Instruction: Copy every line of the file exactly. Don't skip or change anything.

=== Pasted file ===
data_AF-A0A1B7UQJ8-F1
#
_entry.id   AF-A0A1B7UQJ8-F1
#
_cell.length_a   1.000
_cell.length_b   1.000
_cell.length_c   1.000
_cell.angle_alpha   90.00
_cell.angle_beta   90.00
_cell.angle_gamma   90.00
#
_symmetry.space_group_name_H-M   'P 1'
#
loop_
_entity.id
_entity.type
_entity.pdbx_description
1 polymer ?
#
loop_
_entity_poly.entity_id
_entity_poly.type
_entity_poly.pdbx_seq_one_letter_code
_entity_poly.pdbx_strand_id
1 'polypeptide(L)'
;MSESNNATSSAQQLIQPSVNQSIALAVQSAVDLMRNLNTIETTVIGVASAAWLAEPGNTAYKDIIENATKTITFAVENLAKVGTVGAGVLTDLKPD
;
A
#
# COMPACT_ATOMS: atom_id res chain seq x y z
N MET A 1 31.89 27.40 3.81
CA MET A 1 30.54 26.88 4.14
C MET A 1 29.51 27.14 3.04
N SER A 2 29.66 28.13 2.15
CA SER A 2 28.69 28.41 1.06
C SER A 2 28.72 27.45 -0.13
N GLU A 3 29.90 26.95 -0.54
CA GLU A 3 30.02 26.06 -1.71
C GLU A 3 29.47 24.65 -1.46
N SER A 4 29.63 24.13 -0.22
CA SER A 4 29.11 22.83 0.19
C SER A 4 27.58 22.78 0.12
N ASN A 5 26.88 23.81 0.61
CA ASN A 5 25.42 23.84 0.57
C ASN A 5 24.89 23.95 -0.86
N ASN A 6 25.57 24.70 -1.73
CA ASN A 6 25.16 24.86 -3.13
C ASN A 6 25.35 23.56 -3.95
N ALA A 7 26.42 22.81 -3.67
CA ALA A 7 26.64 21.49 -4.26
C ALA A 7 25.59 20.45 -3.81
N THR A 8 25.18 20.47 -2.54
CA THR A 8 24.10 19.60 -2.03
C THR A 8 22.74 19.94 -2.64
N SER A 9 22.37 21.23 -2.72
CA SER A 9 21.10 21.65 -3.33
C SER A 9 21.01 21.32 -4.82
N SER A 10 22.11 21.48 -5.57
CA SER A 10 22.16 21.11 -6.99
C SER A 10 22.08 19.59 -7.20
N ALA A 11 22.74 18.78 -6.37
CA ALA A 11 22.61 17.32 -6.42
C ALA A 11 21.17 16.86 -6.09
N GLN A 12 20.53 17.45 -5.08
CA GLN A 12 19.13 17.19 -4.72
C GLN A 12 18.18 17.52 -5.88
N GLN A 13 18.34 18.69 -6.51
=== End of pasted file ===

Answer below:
data_AF-A0A1B7UQJ8-F1
#
_entry.id   AF-A0A1B7UQJ8-F1
#
_cell.length_a   1.000
_cell.length_b   1.000
_cell.length_c   1.000
_cell.angle_alpha   90.00
_cell.angle_beta   90.00
_cell.angle_gamma   90.00
#
_symmetry.space_group_name_H-M   'P 1'
#
loop_
_entity.id
_entity.type
_entity.pdbx_description
1 polymer ?
#
loop_
_entity_poly.entity_id
_entity_poly.type
_entity_poly.pdbx_seq_one_letter_code
_entity_poly.pdbx_strand_id
1 'polypeptide(L)'
;MSESNNATSSAQQLIQPSVNQSIALAVQSAVDLMRNLNTIETTVIGVASAAWLAEPGNTAYKDIIENATKTITFAVENLAKVGTVGAGVLTDLKPD
;
A
#
# COMPACT_ATOMS: atom_id res chain seq x y z
N MET A 1 31.89 27.40 3.81
CA MET A 1 30.54 26.88 4.14
C MET A 1 29.51 27.14 3.04
N SER A 2 29.66 28.13 2.15
CA SER A 2 28.69 28.41 1.06
C SER A 2 28.72 27.45 -0.13
N GLU A 3 29.90 26.95 -0.54
CA GLU A 3 30.02 26.06 -1.71
C GLU A 3 29.47 24.65 -1.46
N SER A 4 29.63 24.13 -0.22
CA SER A 4 29.11 22.83 0.19
C SER A 4 27.58 22.78 0.12
N ASN A 5 26.88 23.81 0.61
CA ASN A 5 25.42 23.84 0.57
C ASN A 5 24.89 23.95 -0.86
N ASN A 6 25.57 24.70 -1.73
CA ASN A 6 25.16 24.86 -3.13
C ASN A 6 25.35 23.56 -3.95
N ALA A 7 26.42 22.81 -3.67
CA ALA A 7 26.64 21.49 -4.26
C ALA A 7 25.59 20.45 -3.81
N THR A 8 25.18 20.47 -2.54
CA THR A 8 24.10 19.60 -2.03
C THR A 8 22.74 19.94 -2.64
N SER A 9 22.37 21.23 -2.72
CA SER A 9 21.10 21.65 -3.33
C SER A 9 21.01 21.32 -4.82
N SER A 10 22.11 21.48 -5.57
CA SER A 10 22.16 21.11 -6.99
C SER A 10 22.08 19.59 -7.20
N ALA A 11 22.74 18.78 -6.37
CA ALA A 11 22.61 17.32 -6.42
C ALA A 11 21.17 16.86 -6.09
N GLN A 12 20.53 17.45 -5.08
CA GLN A 12 19.13 17.19 -4.72
C GLN A 12 18.18 17.52 -5.88
N GLN A 13 18.34 18.69 -6.51